Hydrology - Open-File Report 10

Water Resources Evaluation of the Spring Valley Subdivision in
Richland County, South Carolina

Joseph A. Harrigan


This report is written in response to a November 4, 1985 written request from the Lakes Committee of the Spring Valley Home Owners Association for technical assistance in evaluating their local water resource availability situation. On November 12, 1985, a meeting was held at the Spring Valley Country Club, with the Lakes Committee designated contact person, Mr. Roger Rhodarmer, as well as several other interested persons, including Dr. Gerald Olsen, Mr. Buddy Sweet, and Mr. Joseph Rosen, as well as a South Carolina Water Resources Commission (SCWRC) staff person to discuss the request in detail.

Three lakes are primarily the focus of this investigation: (1) Clark Lake in the East Spring Valley portion of the subdivision; (2) Park Shore Lake in the northeast portion of the older subdivision; and (3) the irrigation lake for the golf course, behind the clubhouse.

According to the facts presented, Clark Lake is the source lake for (1) supplemental irrigation water for the golf course; and (2) supplemental lake filling water for Park Shore Lake via Riding Ridge Pond.

The various subdivision residents who live on the first two lakes desire that the lake levels be maintained as close to full as possible. As has happened during this past dry year (1985), water has been pumped out of Clark Lake to supplement both golf course irrigation and lake filling. This has probably aggravated both an already low-water situation on Clark Lake and the lakeside residents. The filling of Park Shore Lake has only recently raised the lake level to a near-acceptable one and lowered the frustration level of these residents.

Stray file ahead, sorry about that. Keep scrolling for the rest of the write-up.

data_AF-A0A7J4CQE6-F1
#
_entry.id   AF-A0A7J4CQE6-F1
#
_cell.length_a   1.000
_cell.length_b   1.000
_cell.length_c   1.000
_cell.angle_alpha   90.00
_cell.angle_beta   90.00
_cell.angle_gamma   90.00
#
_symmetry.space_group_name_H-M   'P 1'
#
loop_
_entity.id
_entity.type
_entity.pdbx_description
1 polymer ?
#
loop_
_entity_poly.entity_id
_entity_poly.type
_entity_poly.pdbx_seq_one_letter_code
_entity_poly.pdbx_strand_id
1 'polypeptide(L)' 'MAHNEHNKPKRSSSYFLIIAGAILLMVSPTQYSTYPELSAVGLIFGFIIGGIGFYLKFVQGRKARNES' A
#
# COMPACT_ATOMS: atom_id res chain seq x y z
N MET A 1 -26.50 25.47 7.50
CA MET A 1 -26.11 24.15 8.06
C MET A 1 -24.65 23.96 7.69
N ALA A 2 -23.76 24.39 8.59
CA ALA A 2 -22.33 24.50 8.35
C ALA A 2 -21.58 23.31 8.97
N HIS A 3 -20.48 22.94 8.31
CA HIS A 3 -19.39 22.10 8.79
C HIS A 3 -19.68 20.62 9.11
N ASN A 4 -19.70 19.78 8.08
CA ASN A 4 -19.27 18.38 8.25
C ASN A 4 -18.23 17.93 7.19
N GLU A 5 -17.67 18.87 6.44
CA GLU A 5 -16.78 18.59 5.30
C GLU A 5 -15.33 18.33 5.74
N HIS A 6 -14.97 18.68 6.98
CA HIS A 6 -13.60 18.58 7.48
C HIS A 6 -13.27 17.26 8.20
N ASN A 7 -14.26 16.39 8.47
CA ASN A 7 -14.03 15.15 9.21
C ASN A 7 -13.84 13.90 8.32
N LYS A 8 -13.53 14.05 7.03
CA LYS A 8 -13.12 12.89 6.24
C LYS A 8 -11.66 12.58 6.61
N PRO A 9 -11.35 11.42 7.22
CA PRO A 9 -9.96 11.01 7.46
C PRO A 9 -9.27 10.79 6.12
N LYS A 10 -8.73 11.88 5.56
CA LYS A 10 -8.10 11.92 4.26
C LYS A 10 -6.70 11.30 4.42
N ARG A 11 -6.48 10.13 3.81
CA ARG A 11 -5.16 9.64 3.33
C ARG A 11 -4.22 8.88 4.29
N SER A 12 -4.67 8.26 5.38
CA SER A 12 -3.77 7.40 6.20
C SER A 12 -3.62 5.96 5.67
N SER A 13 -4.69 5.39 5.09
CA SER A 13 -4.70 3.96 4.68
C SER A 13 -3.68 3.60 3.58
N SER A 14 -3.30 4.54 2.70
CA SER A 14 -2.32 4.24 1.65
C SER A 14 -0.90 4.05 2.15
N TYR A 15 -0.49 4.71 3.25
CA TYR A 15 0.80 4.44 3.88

The principal request was for an analysis of the surface water availability situation to be used in determining a suitable water management plan for the subdivision. At present a complete answer to the water supply problem has not been developed. The main problem encountered involves the relatively poor lake-filling ability at Park Shore Lake and, to a lesser degree, Clark Lake. Nearby streamflow gages indicate that more than enough runoff should occur in both lakes drainage basins to fill the lakes each year. Since this is not happening, some immediate-vicinity rainfall-runoff data are needed.

This open-file report is available for review in the SCDNR's Columbia office.